Loki's Grima Wormtongue moment

A quick explanation: in The Lord of the Rings: The Two Towers, Grima Wormtongue (Brad Dourif) tells Saruman (Christopher Lee) that no army exists on the Middle-earth that could breach the walls of Helm's Deep and kill the citizens of Rohan. When Saruman leads Grima to their evil decorative balcony, he sees that the White Wizard has created thousands and thousands of Uruk-Hai, and a single tear runs down his face. Lord of the Rings fans love to debate this moment; it's not clear whether Grima is crying in awe of his master's power, or if he’s secretly horrified that the Uruk-Hai are about to murder all the people he's spent years living with, including Eowyn, the object of his obsession.

The moment at the end of The Avengers is nearly identical, when Loki's eyes wildly dart around New York City. He doesn't look exactly pleased that Thanos' rented army of Chitauri are destroying the city. In fact, he looks downright anxious. Thor, perhaps foolishly, tries to convince Loki that he's gone too far by trying to kill hundreds of Midgardians, and Loki stabs him, but not before a single tear rolls down his face. Is Loki in awe of his dream coming true, or is he just realizing he's in over his head? Unclear. Either way, it's a great little tear.

How did Loki get so close to Grandmaster so quickly?

Again, this is a nice little exchange that launched a bajillion erotic fan fics. Toward the beginning of Ragnarok, Thor watches as the Grandmaster (Jeff Goldblum) looks mischievously at Loki, almost winking at him, and Loki appears flustered, as if he didn't want Thor to see him in this situation. We never find out how Loki endeared himself to the leader of Sakaar so quickly, but given Grandmaster's sensual ways, and the fact that Loki always appears alongside him like a concubine... one might imagine Loki checked his manipulation tool-belt upon arriving on Sakaar and chose seduction over intimidation.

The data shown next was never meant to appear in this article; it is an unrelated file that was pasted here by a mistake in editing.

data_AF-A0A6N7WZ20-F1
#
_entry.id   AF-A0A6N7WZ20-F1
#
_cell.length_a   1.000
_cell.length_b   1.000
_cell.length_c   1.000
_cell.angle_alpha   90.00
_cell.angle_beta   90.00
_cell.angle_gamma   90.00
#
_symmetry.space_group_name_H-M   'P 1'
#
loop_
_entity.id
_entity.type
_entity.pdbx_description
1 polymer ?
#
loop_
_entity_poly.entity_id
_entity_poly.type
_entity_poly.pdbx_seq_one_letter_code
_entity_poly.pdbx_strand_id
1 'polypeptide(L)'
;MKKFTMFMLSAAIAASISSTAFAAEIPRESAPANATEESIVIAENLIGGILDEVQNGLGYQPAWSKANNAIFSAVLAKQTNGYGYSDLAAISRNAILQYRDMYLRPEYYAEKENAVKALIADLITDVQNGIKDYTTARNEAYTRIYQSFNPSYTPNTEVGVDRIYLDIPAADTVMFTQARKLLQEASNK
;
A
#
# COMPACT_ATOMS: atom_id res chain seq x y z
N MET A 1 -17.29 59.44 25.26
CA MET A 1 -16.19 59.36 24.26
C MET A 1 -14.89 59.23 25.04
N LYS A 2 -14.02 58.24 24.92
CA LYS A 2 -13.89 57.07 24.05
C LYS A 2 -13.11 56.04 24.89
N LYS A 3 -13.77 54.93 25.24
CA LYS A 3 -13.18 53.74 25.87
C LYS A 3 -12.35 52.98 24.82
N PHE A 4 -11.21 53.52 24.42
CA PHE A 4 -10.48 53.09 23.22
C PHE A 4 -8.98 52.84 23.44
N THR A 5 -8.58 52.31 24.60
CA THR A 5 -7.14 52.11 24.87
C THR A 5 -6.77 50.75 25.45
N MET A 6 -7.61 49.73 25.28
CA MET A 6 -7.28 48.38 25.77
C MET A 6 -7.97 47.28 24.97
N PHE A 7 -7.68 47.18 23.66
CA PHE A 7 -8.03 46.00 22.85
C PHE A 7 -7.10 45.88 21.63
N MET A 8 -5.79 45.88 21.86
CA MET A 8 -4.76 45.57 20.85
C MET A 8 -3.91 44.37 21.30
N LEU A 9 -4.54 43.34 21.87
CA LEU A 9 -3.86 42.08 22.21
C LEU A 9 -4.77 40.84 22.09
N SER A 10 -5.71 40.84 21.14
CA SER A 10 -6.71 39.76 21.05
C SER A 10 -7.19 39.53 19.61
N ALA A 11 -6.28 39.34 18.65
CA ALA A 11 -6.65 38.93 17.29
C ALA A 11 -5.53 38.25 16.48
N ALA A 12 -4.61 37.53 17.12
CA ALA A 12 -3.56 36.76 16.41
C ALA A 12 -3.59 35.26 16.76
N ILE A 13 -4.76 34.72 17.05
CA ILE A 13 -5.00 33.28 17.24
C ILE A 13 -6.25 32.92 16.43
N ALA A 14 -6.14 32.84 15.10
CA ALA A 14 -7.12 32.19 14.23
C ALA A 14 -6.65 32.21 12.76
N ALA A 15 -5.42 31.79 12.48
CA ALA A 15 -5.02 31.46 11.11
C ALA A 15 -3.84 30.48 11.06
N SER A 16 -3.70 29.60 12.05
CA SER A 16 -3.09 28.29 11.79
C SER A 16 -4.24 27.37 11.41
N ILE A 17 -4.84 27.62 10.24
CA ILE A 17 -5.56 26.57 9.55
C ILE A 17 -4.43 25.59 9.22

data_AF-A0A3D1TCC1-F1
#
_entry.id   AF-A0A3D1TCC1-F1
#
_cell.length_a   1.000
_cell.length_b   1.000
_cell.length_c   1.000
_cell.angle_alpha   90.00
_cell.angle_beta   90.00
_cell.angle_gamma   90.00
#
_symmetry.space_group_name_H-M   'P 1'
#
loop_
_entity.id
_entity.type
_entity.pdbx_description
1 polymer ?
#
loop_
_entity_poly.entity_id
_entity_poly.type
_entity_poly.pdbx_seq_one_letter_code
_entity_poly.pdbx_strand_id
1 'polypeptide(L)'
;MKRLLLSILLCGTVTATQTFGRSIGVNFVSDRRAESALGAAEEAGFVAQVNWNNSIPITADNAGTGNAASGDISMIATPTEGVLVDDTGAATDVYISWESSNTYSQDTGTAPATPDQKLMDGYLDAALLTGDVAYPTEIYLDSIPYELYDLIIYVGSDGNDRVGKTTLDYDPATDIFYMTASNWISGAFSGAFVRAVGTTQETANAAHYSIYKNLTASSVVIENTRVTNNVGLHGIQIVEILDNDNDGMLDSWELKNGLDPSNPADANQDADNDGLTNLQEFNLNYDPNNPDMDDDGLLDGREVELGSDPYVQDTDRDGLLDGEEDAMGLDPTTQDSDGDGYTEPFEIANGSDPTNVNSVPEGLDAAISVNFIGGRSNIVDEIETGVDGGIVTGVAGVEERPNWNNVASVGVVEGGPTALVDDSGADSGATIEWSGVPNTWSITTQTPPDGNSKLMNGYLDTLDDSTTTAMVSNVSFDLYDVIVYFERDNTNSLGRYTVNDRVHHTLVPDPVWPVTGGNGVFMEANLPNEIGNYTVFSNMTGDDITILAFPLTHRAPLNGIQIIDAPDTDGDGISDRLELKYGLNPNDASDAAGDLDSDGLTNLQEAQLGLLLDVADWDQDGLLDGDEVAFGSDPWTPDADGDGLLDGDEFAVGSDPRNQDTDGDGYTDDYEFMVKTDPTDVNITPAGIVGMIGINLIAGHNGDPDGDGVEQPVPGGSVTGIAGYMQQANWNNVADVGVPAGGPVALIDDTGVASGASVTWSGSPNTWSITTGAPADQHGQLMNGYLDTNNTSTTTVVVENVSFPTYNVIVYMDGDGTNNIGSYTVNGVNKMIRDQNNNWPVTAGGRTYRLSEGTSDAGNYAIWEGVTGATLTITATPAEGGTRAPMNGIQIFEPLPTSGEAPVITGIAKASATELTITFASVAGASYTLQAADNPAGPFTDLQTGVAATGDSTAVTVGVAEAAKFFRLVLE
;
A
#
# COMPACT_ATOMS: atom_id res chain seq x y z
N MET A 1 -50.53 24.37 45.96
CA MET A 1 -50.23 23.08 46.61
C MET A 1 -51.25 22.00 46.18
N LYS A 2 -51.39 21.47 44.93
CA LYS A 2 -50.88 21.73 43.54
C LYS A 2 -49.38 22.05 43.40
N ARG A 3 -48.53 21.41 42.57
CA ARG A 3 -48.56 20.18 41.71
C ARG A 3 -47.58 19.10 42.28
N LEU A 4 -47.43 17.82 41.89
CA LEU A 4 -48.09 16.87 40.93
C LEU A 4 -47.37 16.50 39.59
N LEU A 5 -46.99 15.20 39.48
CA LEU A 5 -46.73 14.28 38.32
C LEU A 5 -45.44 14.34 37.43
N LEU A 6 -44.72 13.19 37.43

Loki dons sad pajamas

We typically watch Loki use his cloaking magic to playfully tease Thor, but in The Dark World, he puts up a facade to make it look like he doesn't care that Frigga, he and Thor's mother, has been killed. When Thor pushes the issue a bit, Loki lets it go, and we see the aftermath of the breakdown he's had in his cell. He looks hungover and miserable, and his eyes are red from crying.

It's a great little scene, made only more painful once you've watched the top Loki moment on our list...

Frigga taught Loki her magic

In this deleted scene from The Dark World, in which Loki doesn't actually appear, Frigga tells Thor that she taught Loki all of her magic when he was just a boy. She tells Thor that she taught Loki how to use trickery and mischief because Thor cast a big shadow over him. She only wanted Loki to have "some sun of his own."

This little bit of dialogue, which didn't even make the theatrical cut, explains why it's so awful that Loki carelessly caused his mother's death. We can imagine how lonely Asgard must have been for Loki when he was a child, which means Frigga’s magic lessons were probably the only respite he had from feeling weak compared to his high-achieving brother. In another scene, Frigga points out that she did her best to make Loki comfortable in his jail cell, even including books to keep her smartest son occupied.